28. 28. 25 cial computing to several strands of research, such as social network analysis (SNA), user modeling, data mining, probabilistic modeling and machine learn- ing. Concluding, the holistic design model, to be evaluated with empirical stu- dies in future research, demonstrates that MoSoso design requires an interdis- ciplinary approach in networks to effectively combine technological and social knowledge. An additional form of convergence, policy convergence, is a theme useful in evaluating the function of the suggested conceptualization and design model of MoSoso in people’s lives and in the evolution of large-scale social structures. The role of MoSoSo is connected to the function that digital communities should assume in the transition towards sustainable information societies. A key challenge of the study is to demonstrate that policy convercenge is neces- sary to realize the true potential of MoSoSo. Through MoSoSo, citizens and communities can find quick, easy and cheap ways to solve their everyday needs by means of access, co-creation and provision of CGS. At a more general level, investing in CGS could provide a way to reduce the high costs of welfare states, to realize innovations and to enable a participatory and inclusive information society. These functions that MoSoSo assume at micro and macro level allow conceiving MoSoSo as an emancipatory platform of self-organization and grass- roots social change. All research objectives – conceptualization, design model and policy convergence, are addressed in the articles (Chapter 6). The broader goal of the summary is to build a theoretical framework for an academic disser- tation and to summarize its main results. In addition, it also contains a contribu- tion not present in the articles, namely the detailed discussion of the key terms digital convergence and digital community. 1.3 Outline of the study The study consists of twelve chapters, which gradually illustrate the main research problem, address its salient aspects and consider the possible implications. The introduction presents MoSoSo as the main object of investigation, framing it in the context of social computing and connecting it with the sociological concept of community. Then, the research question is introduced, anticipating the approach and some of the findings of the study. Chapter 2 describes the methodological aspects of the study. Conceptual analysis (Saariluoma, 1997) and design thinking (Simon, 1969; Saariluoma, 2004 and 2005a; Anderson & Kolko, 2010b) were applied to address the two main objectives of the study, namely introducing a comprehensive conceptualization of MoSoSo and drawing up a design model for it. The section also presents the motivations for some of the choices made in the study and discusses the signi- ficance of the two datasets that were used. Chapter 3 begins by illustrating the multifaceted process of digital conver- gence, which represents the background of the study. In this section, it is sug- gested that the focus should be on the social aspects of digital convergence,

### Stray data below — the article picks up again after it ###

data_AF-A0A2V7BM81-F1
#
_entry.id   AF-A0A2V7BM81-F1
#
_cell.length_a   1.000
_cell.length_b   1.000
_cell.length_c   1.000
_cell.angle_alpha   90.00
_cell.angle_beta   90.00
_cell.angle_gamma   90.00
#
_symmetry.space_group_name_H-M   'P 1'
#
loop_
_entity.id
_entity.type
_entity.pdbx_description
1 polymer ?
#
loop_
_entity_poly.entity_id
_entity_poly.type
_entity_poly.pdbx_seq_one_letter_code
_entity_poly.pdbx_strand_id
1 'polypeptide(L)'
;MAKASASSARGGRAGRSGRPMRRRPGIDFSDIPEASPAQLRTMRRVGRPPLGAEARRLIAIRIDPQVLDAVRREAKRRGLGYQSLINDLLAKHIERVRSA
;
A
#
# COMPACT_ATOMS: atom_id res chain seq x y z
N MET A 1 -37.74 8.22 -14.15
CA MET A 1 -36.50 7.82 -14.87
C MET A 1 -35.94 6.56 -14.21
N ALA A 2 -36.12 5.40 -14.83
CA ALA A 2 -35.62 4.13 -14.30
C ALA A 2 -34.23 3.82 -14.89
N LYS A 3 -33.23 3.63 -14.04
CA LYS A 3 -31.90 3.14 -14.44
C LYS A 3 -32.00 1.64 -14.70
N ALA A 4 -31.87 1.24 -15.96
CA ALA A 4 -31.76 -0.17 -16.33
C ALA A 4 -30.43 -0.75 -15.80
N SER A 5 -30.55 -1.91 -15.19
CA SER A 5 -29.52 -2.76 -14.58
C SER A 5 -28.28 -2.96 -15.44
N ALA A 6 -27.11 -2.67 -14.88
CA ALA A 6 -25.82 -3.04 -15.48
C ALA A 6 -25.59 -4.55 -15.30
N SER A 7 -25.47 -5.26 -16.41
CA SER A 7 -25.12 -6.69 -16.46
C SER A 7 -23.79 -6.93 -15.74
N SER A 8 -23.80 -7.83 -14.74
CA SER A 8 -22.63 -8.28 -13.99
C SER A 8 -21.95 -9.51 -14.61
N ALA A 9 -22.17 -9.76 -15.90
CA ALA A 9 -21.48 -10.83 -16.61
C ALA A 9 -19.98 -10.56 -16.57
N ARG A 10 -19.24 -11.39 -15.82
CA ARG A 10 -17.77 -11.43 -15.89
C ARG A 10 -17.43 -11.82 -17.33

29. 29. 26 which is a young and significant research area presenting several issues that have not yet been clearly understood and investigated. Chapters 4 and 5 respectively contain a detailed review of the research on community and of MoSoSo, the two main keywords of the study. In Chapter 4, a historical approach is adopted to illustrate the theoretical advances on com- munity and the models that have been suggested. In particular, the notions of local community, personal community and digital community are presented as key paradigms explaining the shift from agrarian to industrial society and the successive transformation to information society. Chapter 5 contains a detailed review of MoSoSo. First, its origins are discussed, analyzing the relationship between MoSoSo, groupware and social software and underlining the signific- ance and the current immaturity of MoSoSo as research domain. Then, several technical and social aspects of MoSoSo are presented, emphasizing the diverg- ing trends and shortcomings that currently characterize MoSoSo. Chapter 6 presents an overview of the findings of the articles in relation to the research objectives. The chapter also contains a summary of each article. In Chapter 7 MoSoSo is reconceptualized, by applying conceptual analysis to it. MoSoSo research is framed within social computing and its social roots can be traced to mobile social networks. In Chapter 8, the new conceptualization of MoSoSo is used to derive a holistic design model grounded on three main building blocks: user profile, mobile social network and social algorithms. The suggested model is also discussed in relation to some of the key challenges of MoSoSo, namely privacy, social information overload and social dilemmas. The necessary support policies for a widespread adoption of MoSoSo are discussed in Chapter 9. In this context, the success of MoSoSo is connected to the realiza- tion of the goal sustainable lives in sustainable societies. Chapter 10 and 11 describe the implications of the findings from the view- point of digital community design and CGS. Chapter 10 presents MoSoSo as an enabler of digital communities and evaluates it from the perspective of digital community design. Its key trade-off is recognized as its capability of exploiting potential while alleviating risks. Then, possible solutions to the key issues iden- tified in the MoSoSo review are discussed as design principles of digital com- munity design. Chapter 11 develops the study's central claim, according to which MoSoSo has an enabling role and an emancipatory function for digital communities through CGS. This claim highlights the importance of developing technological platforms, which enable creation and development of communi- ty-oriented services. CGS are useful in illustrating the significance of MoSoSo in individual lives (i.e. achieving one’s life objectives) and in the wider context of societal development and economic growth. Chapter 12 ends the study by presenting the main contributions of the study, which add to the existing knowledge on MoSoSo. The chapter also dis- cusses the limitations of the study and introduces an agenda for developing the emerging field of MoSoSo research. Among the directions for future research, theoretical and practical directions are presented, with a special mention of the challenge and opportunity to design MoSoSo for social capital (Lin, 2001).